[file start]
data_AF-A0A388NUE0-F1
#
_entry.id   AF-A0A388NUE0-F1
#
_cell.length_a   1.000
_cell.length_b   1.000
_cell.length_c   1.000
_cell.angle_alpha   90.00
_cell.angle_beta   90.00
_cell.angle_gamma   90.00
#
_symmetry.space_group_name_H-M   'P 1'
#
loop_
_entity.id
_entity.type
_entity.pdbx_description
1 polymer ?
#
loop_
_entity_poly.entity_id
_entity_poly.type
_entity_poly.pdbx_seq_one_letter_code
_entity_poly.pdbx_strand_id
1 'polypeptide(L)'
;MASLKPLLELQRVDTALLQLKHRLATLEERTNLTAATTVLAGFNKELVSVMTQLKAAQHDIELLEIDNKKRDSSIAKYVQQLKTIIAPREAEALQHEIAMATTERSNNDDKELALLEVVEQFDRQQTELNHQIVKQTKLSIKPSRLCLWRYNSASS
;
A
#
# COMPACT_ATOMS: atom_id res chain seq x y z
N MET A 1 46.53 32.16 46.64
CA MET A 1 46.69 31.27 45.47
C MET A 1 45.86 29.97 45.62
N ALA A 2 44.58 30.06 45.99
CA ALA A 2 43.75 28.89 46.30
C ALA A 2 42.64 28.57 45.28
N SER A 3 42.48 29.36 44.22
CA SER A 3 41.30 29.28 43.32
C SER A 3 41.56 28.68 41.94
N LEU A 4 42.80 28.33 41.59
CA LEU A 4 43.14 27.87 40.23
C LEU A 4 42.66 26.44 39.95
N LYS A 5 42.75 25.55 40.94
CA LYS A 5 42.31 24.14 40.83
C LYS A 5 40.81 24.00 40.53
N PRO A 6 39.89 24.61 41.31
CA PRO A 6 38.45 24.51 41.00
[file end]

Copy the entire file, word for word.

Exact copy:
data_AF-A0A388NUE0-F1
#
_entry.id   AF-A0A388NUE0-F1
#
_cell.length_a   1.000
_cell.length_b   1.000
_cell.length_c   1.000
_cell.angle_alpha   90.00
_cell.angle_beta   90.00
_cell.angle_gamma   90.00
#
_symmetry.space_group_name_H-M   'P 1'
#
loop_
_entity.id
_entity.type
_entity.pdbx_description
1 polymer ?
#
loop_
_entity_poly.entity_id
_entity_poly.type
_entity_poly.pdbx_seq_one_letter_code
_entity_poly.pdbx_strand_id
1 'polypeptide(L)'
;MASLKPLLELQRVDTALLQLKHRLATLEERTNLTAATTVLAGFNKELVSVMTQLKAAQHDIELLEIDNKKRDSSIAKYVQQLKTIIAPREAEALQHEIAMATTERSNNDDKELALLEVVEQFDRQQTELNHQIVKQTKLSIKPSRLCLWRYNSASS
;
A
#
# COMPACT_ATOMS: atom_id res chain seq x y z
N MET A 1 46.53 32.16 46.64
CA MET A 1 46.69 31.27 45.47
C MET A 1 45.86 29.97 45.62
N ALA A 2 44.58 30.06 45.99
CA ALA A 2 43.75 28.89 46.30
C ALA A 2 42.64 28.57 45.28
N SER A 3 42.48 29.36 44.22
CA SER A 3 41.30 29.28 43.32
C SER A 3 41.56 28.68 41.94
N LEU A 4 42.80 28.33 41.59
CA LEU A 4 43.14 27.87 40.23
C LEU A 4 42.66 26.44 39.95
N LYS A 5 42.75 25.55 40.94
CA LYS A 5 42.31 24.14 40.83
C LYS A 5 40.81 24.00 40.53
N PRO A 6 39.89 24.61 41.31
CA PRO A 6 38.45 24.51 41.00